Making Small Talk With Strangers

Ice Breakers for Chatting With New People

Making small talk with strangers can help you meet new friends.
Making small talk with strangers can help you meet new friends. Reza Estakhrian/Getty Images

Making small talk with strangers is required if you want to get to know people and become friends. Think about it, each one of your friends was a stranger to you at some point in your life. But still, talking with someone you don't really know yet can be daunting. 

It's different chatting with a stranger than people at a business function or family party, for instance. But the people you see out and about somewhere in the course of your daily routine are primate candidates for friendship.

Since you don't know a thing about them, choose general subjects and use some small talk basics to slowly dig deeper until you're able to connect on a subject where you might have some mutual interest. This will help form the basis for friendship. Be careful that you're bonding about something positive that you can build on and not negative things that will not help you great a strong friendship base.

Chatting with strangers gives you practice for those times in life where you'll need to make a really great impression. If you're used to talking with people on a routine basis, you won't be tripped up when you're nervous. Also, as Will Rogers once said, "A stranger is just a friend I haven't met yet." You never know how friendships will develop, so it's a good idea to be prepared to make the most of any opportunity.

Here are some ice breakers that work well with strangers.

Comment on Something in the News

Remember, your goal in mentioning a news item is to find something positive to build more conversation on.

So avoid topics like politics, sex, or religion, as those topics are more suited for conversation between friends. Instead, bring up a popular subject that has been getting a lot of play in the news. It's a good idea to read the paper or go online to check out the latest newsworthy topics before you leave the house so you're prepared with something to say.

Compliment an Accessory Item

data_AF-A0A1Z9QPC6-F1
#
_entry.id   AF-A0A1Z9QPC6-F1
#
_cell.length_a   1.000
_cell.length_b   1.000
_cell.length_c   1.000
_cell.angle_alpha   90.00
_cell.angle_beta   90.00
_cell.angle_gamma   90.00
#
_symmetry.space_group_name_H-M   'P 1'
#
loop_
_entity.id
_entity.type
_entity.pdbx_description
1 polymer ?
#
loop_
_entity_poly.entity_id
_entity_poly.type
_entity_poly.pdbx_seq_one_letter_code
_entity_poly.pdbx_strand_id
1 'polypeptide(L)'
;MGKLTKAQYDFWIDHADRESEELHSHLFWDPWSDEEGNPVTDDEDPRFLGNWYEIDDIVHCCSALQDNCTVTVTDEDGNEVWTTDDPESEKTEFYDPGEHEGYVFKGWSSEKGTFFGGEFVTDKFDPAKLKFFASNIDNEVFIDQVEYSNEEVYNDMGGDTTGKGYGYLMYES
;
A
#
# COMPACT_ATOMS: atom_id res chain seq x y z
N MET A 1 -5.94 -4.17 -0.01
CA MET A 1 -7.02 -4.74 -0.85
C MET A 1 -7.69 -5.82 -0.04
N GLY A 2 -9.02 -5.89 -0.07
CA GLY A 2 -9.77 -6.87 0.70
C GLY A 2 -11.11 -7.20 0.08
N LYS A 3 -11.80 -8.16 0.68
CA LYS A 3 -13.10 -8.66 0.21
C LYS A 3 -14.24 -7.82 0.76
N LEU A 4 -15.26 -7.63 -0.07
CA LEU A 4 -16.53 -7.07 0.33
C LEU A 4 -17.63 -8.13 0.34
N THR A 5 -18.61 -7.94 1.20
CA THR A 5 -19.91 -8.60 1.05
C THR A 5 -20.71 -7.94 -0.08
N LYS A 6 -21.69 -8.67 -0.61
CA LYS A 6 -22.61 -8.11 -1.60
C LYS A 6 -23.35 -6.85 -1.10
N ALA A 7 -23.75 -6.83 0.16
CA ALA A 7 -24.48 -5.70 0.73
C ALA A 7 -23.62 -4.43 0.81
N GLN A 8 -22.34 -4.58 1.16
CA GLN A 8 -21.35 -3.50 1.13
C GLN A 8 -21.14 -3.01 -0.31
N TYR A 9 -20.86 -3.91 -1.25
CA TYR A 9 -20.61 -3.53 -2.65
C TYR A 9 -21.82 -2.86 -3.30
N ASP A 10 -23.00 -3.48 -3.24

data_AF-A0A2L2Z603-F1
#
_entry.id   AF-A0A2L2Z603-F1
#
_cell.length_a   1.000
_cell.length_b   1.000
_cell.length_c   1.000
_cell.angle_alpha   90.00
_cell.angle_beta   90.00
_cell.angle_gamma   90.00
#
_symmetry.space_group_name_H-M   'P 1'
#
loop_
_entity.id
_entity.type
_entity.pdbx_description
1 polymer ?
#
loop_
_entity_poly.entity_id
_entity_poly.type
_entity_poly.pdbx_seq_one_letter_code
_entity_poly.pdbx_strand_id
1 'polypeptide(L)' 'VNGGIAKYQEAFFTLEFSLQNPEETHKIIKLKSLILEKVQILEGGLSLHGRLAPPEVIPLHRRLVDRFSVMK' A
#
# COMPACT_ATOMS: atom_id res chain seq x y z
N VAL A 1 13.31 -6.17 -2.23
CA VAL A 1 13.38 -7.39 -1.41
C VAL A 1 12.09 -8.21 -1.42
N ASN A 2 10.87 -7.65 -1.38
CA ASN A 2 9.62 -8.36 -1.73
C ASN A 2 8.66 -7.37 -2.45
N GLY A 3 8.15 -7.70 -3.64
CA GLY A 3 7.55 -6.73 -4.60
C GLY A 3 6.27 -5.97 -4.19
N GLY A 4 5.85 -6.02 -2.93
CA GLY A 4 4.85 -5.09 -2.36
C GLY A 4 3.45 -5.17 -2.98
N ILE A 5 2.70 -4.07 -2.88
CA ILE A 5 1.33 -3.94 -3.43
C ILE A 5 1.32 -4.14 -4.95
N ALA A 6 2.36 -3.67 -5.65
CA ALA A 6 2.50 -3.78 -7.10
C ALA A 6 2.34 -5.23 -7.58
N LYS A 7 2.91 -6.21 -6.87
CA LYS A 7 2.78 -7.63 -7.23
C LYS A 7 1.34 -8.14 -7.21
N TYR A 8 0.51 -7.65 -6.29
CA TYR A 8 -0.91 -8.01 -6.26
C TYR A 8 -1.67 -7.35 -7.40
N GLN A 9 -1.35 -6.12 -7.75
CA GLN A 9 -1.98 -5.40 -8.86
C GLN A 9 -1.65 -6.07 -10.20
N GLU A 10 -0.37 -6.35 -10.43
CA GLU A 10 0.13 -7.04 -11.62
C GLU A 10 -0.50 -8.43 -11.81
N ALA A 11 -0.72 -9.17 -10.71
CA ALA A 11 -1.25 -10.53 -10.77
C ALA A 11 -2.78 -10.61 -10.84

Another tactic to open up small talk is to compliment the accessories someone is wearing: jewelry, glasses, purse, shoes, watch, tie, cuff links, pins, etc. Avoid making a comment about someones clothing as it can come off as if you're acting weird or hitting on him or her. Making a genuine comment about an accessory is much more acceptable.

Ask About Their Phone

Everyone seems to have a cell phone, computer, or other gadget on hand these days, so ask someone if they are using an iPhone or Bluetooth headset and how they like it. They're likely to tell you if they would buy the same thing again or give you the name of another version they can recommend instead. People enjoy talking about their gadgets, so it won't be difficult to get them to open up.

Small Talk Standby: The Weather

The weather is often mentioned as something you should avoid when making small talk, but I think it is still a good opener with strangers, if you use some detail. Rather than say, "Nice weather we're having," say instead, "What a warm day it turned out to be! What are you doing this afternoon? Are you able to get out and enjoy it?"

Or, ask them about something regarding the weather, like: "I wasn't able to find out if it was going to rain.

We've got a picnic coming up so I sure hope not. Did you happen to catch the forecast?"

Restaurant Recommendations

Ask someone if they can suggest a good restaurant for lunch or dinner. Say something like, "I'm taking my friend to lunch for her birthday tomorrow. Do you know a good place?" Or, "We need to find a fun but reasonably priced place to take my mom out for her birthday. Do you have a suggestion?"

Asking where to eat will generally prompt someone to give you the scoop on their favorite places, which usually comes attached with more personal information, such as the parties they planned there, the fact that they go there every year for a special event, or why they like the atmosphere. They might recommend a restaurant and then add, "We go there all the time!" or "We just took my aunt there last week and she loved it." You can ask them more questions based on what they say, and this will help you continue the conversation.

Not every conversation you have with a stranger will lead to a friendship down the line, but then again, you never know.